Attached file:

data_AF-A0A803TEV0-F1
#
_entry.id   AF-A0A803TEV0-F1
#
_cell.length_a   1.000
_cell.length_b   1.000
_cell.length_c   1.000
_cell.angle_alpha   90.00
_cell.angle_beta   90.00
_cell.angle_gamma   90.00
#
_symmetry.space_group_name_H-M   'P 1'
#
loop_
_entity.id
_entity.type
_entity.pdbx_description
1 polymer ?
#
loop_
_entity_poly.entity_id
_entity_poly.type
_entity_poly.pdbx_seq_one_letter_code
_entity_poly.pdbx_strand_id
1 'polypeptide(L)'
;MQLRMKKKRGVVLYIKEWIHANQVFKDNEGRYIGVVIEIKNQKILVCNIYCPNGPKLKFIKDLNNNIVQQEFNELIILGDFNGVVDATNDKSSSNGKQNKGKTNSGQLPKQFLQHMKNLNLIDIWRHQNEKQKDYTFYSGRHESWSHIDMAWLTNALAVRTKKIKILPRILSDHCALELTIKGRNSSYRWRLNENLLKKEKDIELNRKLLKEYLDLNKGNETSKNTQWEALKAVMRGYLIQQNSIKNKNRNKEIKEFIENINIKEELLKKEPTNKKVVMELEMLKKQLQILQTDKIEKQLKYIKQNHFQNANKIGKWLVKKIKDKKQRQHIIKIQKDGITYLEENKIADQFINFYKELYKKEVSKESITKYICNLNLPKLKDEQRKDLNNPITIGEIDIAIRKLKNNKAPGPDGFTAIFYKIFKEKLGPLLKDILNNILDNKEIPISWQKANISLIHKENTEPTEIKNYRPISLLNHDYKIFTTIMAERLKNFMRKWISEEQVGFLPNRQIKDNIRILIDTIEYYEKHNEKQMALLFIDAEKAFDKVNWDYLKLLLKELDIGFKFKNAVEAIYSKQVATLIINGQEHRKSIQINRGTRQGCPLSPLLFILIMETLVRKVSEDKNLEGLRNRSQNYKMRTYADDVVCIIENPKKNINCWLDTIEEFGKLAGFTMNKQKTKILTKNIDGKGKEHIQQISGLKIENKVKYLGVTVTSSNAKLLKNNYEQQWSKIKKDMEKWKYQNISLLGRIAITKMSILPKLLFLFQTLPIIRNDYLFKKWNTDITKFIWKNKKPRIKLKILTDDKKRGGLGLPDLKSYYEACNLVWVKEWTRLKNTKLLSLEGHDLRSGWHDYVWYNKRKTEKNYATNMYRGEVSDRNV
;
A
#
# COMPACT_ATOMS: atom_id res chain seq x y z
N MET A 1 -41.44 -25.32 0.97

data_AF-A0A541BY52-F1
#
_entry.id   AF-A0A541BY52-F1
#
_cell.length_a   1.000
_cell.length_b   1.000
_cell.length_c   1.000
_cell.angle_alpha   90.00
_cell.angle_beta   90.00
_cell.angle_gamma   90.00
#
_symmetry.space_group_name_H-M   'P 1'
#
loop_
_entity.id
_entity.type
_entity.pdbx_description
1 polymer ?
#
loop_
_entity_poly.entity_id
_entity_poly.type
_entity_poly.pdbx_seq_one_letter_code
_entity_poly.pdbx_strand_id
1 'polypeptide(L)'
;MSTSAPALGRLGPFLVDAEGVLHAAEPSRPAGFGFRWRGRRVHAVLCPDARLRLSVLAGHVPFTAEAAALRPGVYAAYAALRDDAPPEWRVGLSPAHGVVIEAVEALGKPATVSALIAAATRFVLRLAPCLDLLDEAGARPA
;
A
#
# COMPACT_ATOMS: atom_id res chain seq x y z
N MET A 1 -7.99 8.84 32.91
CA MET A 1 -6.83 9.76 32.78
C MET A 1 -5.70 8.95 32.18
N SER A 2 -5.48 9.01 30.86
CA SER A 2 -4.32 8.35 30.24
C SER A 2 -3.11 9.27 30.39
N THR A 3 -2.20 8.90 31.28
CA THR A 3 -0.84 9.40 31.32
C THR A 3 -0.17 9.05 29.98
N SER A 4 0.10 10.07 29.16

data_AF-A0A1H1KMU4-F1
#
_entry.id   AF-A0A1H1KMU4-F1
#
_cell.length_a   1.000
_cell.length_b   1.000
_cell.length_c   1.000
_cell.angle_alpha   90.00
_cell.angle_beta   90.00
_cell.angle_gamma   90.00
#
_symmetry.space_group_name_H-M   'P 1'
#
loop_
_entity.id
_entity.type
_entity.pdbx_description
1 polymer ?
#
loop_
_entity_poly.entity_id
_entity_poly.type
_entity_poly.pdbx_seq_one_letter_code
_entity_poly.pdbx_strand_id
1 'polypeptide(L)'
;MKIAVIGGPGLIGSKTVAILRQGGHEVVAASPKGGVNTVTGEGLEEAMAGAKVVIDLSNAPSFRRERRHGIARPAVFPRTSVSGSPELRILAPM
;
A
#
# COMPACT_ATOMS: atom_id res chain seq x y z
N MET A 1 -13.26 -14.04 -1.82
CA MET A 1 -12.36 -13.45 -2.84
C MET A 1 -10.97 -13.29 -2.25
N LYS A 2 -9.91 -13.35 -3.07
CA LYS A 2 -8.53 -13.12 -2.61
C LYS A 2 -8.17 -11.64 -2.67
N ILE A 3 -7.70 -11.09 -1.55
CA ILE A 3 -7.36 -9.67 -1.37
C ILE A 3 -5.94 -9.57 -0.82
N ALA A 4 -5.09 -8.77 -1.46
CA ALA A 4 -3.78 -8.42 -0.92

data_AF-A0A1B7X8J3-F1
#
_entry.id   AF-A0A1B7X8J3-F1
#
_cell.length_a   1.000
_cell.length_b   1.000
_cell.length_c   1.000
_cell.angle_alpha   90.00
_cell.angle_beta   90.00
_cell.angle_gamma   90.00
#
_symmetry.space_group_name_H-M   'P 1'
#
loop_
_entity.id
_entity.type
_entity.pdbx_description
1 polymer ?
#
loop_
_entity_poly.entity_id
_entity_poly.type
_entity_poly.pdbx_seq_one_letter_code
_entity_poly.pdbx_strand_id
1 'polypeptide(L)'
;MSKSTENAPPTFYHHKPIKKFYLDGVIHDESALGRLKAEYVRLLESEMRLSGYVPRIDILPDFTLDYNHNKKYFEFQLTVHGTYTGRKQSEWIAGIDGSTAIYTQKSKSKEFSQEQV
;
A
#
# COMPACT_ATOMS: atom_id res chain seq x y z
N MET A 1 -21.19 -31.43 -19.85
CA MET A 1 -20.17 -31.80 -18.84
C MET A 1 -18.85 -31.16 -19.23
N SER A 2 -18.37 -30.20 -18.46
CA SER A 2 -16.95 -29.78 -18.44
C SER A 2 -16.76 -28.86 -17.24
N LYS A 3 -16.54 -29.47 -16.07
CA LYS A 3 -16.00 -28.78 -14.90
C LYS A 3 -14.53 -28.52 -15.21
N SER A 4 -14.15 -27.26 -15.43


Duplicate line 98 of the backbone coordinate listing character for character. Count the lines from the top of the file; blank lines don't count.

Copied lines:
;